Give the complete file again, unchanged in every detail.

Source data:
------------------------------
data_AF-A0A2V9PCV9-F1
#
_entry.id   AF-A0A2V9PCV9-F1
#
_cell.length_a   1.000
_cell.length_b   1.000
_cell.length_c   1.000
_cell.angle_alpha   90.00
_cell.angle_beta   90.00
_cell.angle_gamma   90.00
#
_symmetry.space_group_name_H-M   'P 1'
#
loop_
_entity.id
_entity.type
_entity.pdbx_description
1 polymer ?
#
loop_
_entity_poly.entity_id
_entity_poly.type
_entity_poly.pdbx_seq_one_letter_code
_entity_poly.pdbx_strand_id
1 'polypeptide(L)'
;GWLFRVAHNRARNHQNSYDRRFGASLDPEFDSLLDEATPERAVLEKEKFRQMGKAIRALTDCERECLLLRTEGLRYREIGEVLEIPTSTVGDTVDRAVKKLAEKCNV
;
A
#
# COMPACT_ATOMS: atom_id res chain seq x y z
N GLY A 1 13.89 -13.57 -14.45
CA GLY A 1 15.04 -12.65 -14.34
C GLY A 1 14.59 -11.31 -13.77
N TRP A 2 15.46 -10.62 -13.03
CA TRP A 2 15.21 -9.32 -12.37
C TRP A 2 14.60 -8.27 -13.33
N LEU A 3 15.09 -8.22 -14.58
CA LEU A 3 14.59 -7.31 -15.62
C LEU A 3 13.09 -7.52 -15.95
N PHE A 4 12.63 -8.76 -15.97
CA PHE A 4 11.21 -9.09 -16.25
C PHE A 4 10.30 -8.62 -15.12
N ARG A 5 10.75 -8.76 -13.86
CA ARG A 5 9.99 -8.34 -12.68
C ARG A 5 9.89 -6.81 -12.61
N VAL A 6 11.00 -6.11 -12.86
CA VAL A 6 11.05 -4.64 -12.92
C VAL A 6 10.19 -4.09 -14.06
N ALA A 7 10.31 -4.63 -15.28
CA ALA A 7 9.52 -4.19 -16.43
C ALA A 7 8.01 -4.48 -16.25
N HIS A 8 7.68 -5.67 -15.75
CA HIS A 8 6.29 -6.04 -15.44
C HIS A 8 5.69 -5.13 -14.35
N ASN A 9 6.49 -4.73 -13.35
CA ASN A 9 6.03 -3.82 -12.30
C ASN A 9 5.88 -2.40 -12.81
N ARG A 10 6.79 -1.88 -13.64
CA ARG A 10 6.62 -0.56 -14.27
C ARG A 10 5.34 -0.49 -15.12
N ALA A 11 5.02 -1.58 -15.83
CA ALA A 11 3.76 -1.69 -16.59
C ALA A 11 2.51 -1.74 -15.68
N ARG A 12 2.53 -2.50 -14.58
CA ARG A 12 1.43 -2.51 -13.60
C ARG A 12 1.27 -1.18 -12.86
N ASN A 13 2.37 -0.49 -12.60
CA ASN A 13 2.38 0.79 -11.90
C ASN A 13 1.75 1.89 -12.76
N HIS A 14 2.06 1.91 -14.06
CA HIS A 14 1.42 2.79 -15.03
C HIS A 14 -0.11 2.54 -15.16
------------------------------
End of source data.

data_AF-A0A2V9PCV9-F1
#
_entry.id   AF-A0A2V9PCV9-F1
#
_cell.length_a   1.000
_cell.length_b   1.000
_cell.length_c   1.000
_cell.angle_alpha   90.00
_cell.angle_beta   90.00
_cell.angle_gamma   90.00
#
_symmetry.space_group_name_H-M   'P 1'
#
loop_
_entity.id
_entity.type
_entity.pdbx_description
1 polymer ?
#
loop_
_entity_poly.entity_id
_entity_poly.type
_entity_poly.pdbx_seq_one_letter_code
_entity_poly.pdbx_strand_id
1 'polypeptide(L)'
;GWLFRVAHNRARNHQNSYDRRFGASLDPEFDSLLDEATPERAVLEKEKFRQMGKAIRALTDCERECLLLRTEGLRYREIGEVLEIPTSTVGDTVDRAVKKLAEKCNV
;
A
#
# COMPACT_ATOMS: atom_id res chain seq x y z
N GLY A 1 13.89 -13.57 -14.45
CA GLY A 1 15.04 -12.65 -14.34
C GLY A 1 14.59 -11.31 -13.77
N TRP A 2 15.46 -10.62 -13.03
CA TRP A 2 15.21 -9.32 -12.37
C TRP A 2 14.60 -8.27 -13.33
N LEU A 3 15.09 -8.22 -14.58
CA LEU A 3 14.59 -7.31 -15.62
C LEU A 3 13.09 -7.52 -15.95
N PHE A 4 12.63 -8.76 -15.97
CA PHE A 4 11.21 -9.09 -16.25
C PHE A 4 10.30 -8.62 -15.12
N ARG A 5 10.75 -8.76 -13.86
CA ARG A 5 9.99 -8.34 -12.68
C ARG A 5 9.89 -6.81 -12.61
N VAL A 6 11.00 -6.11 -12.86
CA VAL A 6 11.05 -4.64 -12.92
C VAL A 6 10.19 -4.09 -14.06
N ALA A 7 10.31 -4.63 -15.28
CA ALA A 7 9.52 -4.19 -16.43
C ALA A 7 8.01 -4.48 -16.25
N HIS A 8 7.68 -5.67 -15.75
CA HIS A 8 6.29 -6.04 -15.44
C HIS A 8 5.69 -5.13 -14.35
N ASN A 9 6.49 -4.73 -13.35
CA ASN A 9 6.03 -3.82 -12.30
C ASN A 9 5.88 -2.40 -12.81
N ARG A 10 6.79 -1.88 -13.64
CA ARG A 10 6.62 -0.56 -14.27
C ARG A 10 5.34 -0.49 -15.12
N ALA A 11 5.02 -1.58 -15.83
CA ALA A 11 3.76 -1.69 -16.59
C ALA A 11 2.51 -1.74 -15.68
N ARG A 12 2.53 -2.50 -14.58
CA ARG A 12 1.43 -2.51 -13.60
C ARG A 12 1.27 -1.18 -12.86
N ASN A 13 2.37 -0.49 -12.60
CA ASN A 13 2.38 0.79 -11.90
C ASN A 13 1.75 1.89 -12.76
N HIS A 14 2.06 1.91 -14.06
CA HIS A 14 1.42 2.79 -15.03
C HIS A 14 -0.11 2.54 -15.16